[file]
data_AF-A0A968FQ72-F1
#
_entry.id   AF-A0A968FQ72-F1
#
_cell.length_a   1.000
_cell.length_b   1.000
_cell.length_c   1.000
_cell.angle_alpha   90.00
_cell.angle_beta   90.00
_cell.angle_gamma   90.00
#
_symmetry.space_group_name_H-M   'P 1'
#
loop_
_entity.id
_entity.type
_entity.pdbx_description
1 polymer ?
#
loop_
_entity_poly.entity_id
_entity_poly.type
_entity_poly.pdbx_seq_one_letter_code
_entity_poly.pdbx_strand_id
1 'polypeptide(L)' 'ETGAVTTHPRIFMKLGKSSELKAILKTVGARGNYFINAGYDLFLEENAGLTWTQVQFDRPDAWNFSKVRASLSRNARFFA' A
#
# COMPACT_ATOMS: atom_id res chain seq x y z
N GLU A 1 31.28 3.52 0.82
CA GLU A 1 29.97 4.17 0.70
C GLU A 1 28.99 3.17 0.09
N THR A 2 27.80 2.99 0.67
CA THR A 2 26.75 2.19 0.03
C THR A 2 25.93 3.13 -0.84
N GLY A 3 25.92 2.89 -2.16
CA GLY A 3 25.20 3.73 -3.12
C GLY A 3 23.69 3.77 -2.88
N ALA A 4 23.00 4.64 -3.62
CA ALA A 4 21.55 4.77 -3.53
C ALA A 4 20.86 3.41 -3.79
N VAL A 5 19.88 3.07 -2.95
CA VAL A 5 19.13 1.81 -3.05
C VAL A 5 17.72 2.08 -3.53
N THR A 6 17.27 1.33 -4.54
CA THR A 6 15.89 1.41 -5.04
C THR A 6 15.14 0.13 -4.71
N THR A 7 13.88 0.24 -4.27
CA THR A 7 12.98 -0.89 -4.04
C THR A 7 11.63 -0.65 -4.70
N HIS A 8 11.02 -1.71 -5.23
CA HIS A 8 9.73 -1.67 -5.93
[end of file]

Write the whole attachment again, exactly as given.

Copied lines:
data_AF-A0A968FQ72-F1
#
_entry.id   AF-A0A968FQ72-F1
#
_cell.length_a   1.000
_cell.length_b   1.000
_cell.length_c   1.000
_cell.angle_alpha   90.00
_cell.angle_beta   90.00
_cell.angle_gamma   90.00
#
_symmetry.space_group_name_H-M   'P 1'
#
loop_
_entity.id
_entity.type
_entity.pdbx_description
1 polymer ?
#
loop_
_entity_poly.entity_id
_entity_poly.type
_entity_poly.pdbx_seq_one_letter_code
_entity_poly.pdbx_strand_id
1 'polypeptide(L)' 'ETGAVTTHPRIFMKLGKSSELKAILKTVGARGNYFINAGYDLFLEENAGLTWTQVQFDRPDAWNFSKVRASLSRNARFFA' A
#
# COMPACT_ATOMS: atom_id res chain seq x y z
N GLU A 1 31.28 3.52 0.82
CA GLU A 1 29.97 4.17 0.70
C GLU A 1 28.99 3.17 0.09
N THR A 2 27.80 2.99 0.67
CA THR A 2 26.75 2.19 0.03
C THR A 2 25.93 3.13 -0.84
N GLY A 3 25.92 2.89 -2.16
CA GLY A 3 25.20 3.73 -3.12
C GLY A 3 23.69 3.77 -2.88
N ALA A 4 23.00 4.64 -3.62
CA ALA A 4 21.55 4.77 -3.53
C ALA A 4 20.86 3.41 -3.79
N VAL A 5 19.88 3.07 -2.95
CA VAL A 5 19.13 1.81 -3.05
C VAL A 5 17.72 2.08 -3.53
N THR A 6 17.27 1.33 -4.54
CA THR A 6 15.89 1.41 -5.04
C THR A 6 15.14 0.13 -4.71
N THR A 7 13.88 0.24 -4.27
CA THR A 7 12.98 -0.89 -4.04
C THR A 7 11.63 -0.65 -4.70
N HIS A 8 11.02 -1.71 -5.23
CA HIS A 8 9.73 -1.67 -5.93